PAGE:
Finally, Congrats to our Bracewell colleague Salo Zelermyer who will take over Valero Energy’s Washington DC office.  A former DOE Counsel, Salo is a great resource for you and I suspect, he will continue to be one.  We wish him well and of course, we will continue to work with him.

 

Best,

Frank Maisano

(202) 828-5864

(202) 997-5932

 

FRANKLY SPOKEN

“This new administration has promised to aid manufacturers that have had to endure an unprecedented number of regulations which increased the cost of doing business in America, harmed consumers, stifled job creation, and hurt our global competitiveness. Removing SCC calculations as a justification for regulations is an excellent place to start.”

HVACR Trade Assn President Stephen Yurek Urging the White House to Reject the Increase in the Social Cost of Carbon in Rulemakings.

 

IN THE NEWS

Zelermyer to Head Valero DC Office – Former DOE Counsel and Bracewell expert Salo Zelermyer will head Valero Energy’s Washington DC office the company announced today.  Valero said Zelermyer will join the company as Vice President Federal Affairs and Counsel.  Zelermyer is currently a Senior Principal at Bracewell LLP, serving in the firm’s Policy Resolution Group for eight years. Prior to that time, Zelermyer was appointed by President George W. Bush to serve as Senior Counsel in the Office of the General Counsel at the U.S. Department of Energy. “We are very excited to have Salo join us and lead our team in Washington during this very dynamic time” said Jason Fraser, VP Public Policy and Strategic Planning.  Zelermyer will assume his new position with Valero on March 1.  Craig Felner, the current VP Federal Affairs, has decided to leave the company to join a government relations consulting firm in Washington, D.C.  His last day will be February 10, 2017.  “Craig has been a strong voice for Valero while heading up our Federal Affairs team in the Washington D.C. office” said Fraser, “We thank him for all his contributions to the company and wish him well with his future endeavors.”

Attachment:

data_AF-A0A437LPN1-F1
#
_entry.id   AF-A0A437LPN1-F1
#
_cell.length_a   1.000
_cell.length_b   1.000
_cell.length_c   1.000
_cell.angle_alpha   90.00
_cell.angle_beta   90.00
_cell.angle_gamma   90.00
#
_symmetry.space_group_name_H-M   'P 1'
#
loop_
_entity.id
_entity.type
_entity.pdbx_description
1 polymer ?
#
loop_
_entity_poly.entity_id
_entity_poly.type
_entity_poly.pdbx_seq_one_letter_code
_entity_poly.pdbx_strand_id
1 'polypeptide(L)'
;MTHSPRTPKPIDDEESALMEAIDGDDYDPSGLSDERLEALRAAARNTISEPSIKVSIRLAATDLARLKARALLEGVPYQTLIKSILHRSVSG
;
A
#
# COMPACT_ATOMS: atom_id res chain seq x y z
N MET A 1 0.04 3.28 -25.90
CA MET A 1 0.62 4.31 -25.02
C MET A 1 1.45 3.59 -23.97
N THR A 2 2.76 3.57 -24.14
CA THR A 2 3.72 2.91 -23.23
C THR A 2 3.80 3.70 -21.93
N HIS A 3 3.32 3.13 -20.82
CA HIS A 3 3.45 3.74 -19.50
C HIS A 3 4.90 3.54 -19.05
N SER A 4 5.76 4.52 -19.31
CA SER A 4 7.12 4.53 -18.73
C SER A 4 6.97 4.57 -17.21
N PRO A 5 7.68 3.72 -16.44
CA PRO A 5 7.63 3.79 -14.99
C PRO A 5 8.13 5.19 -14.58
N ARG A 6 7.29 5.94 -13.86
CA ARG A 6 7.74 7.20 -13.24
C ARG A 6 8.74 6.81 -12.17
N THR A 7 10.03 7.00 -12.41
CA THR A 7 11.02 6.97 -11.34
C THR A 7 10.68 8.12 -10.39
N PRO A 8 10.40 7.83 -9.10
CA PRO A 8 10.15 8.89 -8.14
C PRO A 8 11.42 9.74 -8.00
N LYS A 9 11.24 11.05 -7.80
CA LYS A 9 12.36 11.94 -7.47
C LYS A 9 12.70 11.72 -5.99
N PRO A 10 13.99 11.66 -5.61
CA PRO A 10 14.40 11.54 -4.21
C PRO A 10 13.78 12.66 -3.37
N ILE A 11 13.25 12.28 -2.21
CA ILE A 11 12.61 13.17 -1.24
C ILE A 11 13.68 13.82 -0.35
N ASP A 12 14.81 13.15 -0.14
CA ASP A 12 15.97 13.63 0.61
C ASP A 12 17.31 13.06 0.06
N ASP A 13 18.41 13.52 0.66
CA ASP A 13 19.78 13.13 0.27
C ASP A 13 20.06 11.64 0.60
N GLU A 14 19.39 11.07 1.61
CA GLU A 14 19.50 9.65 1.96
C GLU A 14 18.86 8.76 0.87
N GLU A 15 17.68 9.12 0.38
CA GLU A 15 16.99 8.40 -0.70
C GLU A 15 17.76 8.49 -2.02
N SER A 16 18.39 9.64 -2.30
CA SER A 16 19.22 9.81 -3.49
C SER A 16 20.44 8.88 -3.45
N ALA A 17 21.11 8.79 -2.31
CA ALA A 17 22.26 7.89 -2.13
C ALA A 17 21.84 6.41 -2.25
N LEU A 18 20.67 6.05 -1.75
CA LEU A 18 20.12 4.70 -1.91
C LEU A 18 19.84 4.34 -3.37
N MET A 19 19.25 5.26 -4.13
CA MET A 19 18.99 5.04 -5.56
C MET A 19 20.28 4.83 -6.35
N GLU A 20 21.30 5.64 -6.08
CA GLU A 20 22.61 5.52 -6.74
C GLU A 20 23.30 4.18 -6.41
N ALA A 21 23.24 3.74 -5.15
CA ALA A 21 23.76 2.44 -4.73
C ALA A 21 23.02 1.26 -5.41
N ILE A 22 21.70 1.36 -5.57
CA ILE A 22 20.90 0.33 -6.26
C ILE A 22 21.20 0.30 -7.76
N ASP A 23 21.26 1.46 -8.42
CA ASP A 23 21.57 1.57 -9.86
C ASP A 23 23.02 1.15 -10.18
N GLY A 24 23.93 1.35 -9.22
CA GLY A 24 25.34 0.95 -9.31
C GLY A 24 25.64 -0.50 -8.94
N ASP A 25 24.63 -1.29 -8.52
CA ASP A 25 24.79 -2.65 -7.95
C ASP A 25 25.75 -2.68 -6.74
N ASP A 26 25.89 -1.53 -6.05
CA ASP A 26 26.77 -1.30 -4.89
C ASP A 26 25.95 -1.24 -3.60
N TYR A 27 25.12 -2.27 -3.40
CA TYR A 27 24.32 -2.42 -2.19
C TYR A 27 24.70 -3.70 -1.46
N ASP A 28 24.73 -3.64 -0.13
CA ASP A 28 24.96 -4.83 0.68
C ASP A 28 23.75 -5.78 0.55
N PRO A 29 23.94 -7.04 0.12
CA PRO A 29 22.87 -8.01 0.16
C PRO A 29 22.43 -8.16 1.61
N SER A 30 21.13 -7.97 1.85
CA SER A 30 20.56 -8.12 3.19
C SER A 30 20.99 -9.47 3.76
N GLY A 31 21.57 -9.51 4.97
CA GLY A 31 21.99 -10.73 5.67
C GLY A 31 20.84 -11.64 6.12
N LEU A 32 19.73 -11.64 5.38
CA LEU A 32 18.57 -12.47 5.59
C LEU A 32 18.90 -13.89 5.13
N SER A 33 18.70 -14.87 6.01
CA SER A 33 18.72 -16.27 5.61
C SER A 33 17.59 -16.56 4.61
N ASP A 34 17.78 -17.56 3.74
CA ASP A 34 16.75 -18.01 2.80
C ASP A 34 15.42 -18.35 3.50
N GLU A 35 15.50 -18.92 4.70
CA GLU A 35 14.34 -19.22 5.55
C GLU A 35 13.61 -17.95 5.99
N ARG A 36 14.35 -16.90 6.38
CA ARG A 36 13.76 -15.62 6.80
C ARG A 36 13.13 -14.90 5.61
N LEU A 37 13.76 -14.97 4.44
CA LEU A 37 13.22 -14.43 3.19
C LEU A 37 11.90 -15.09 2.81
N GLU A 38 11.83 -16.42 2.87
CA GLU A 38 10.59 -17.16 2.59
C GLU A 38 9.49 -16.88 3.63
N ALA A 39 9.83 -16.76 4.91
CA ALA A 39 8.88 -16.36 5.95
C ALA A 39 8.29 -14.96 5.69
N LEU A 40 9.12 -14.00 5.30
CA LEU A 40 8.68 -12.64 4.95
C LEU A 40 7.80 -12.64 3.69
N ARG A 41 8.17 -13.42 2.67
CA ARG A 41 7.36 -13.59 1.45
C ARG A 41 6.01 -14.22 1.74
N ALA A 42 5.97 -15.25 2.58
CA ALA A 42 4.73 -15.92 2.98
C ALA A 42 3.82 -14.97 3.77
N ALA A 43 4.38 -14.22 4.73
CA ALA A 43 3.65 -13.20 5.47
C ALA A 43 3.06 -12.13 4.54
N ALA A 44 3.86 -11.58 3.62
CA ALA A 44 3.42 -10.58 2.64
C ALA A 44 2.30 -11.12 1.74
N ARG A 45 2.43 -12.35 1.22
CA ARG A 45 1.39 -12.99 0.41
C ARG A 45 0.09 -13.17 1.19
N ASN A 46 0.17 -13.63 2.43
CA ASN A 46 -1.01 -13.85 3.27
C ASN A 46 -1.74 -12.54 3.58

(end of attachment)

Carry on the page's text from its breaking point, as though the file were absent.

Bay Resigns From FERC – FERC Chair Norman Bay resigned late last week after President Donald Trump’s replaced him as the agency’s chairman Commissioner Cheryl LaFleur.  The action leaves the Commission with on two members – a non-voting quorum – that risks federal decisions on multibillion-dollar natural gas pipelines and other infrastructure actions.  Among the pipelines waiting for approval are Energy Transfer Partners LP’s Rover project and the Atlantic Sunrise system by Williams Partners LP. Spectra Energy’s Nexus system and National Fuel Gas Co.’s Northern Access expansion.   Commissioner Bay’s resignation only underscores the need to get a new slate of FERC Commissioners in place as quickly as possible.  There are numerous actions before FERC that are timely and require action.  It must be a priority to get the FERC team in place so these important projects and issues can be addressed.

Who is on the list – With three Republican commissioner openings and quick action needed, who might be tapped?  Media reports and FERC experts say McConnell Energy staffer Neil Chatterjee is clearly a top, likely choice.  Some have suggested that our Bracewell DC Managing Partner Mark Lewis, who does a ton of FERC Pipeline work, is a good candidate. Other top names include Montana PUC Commissioner Travis Kavulla, NARUC President Robert Powelson, NAERC’s Janet Sena, Greenberg’s Kenneth Minesinger, Crowell & Moring Richard Lehfeldt, (former counsel for the House Energy and Commerce Subcommittee on Energy and Power) and Bill Marsan, general counsel at American Transmission Co.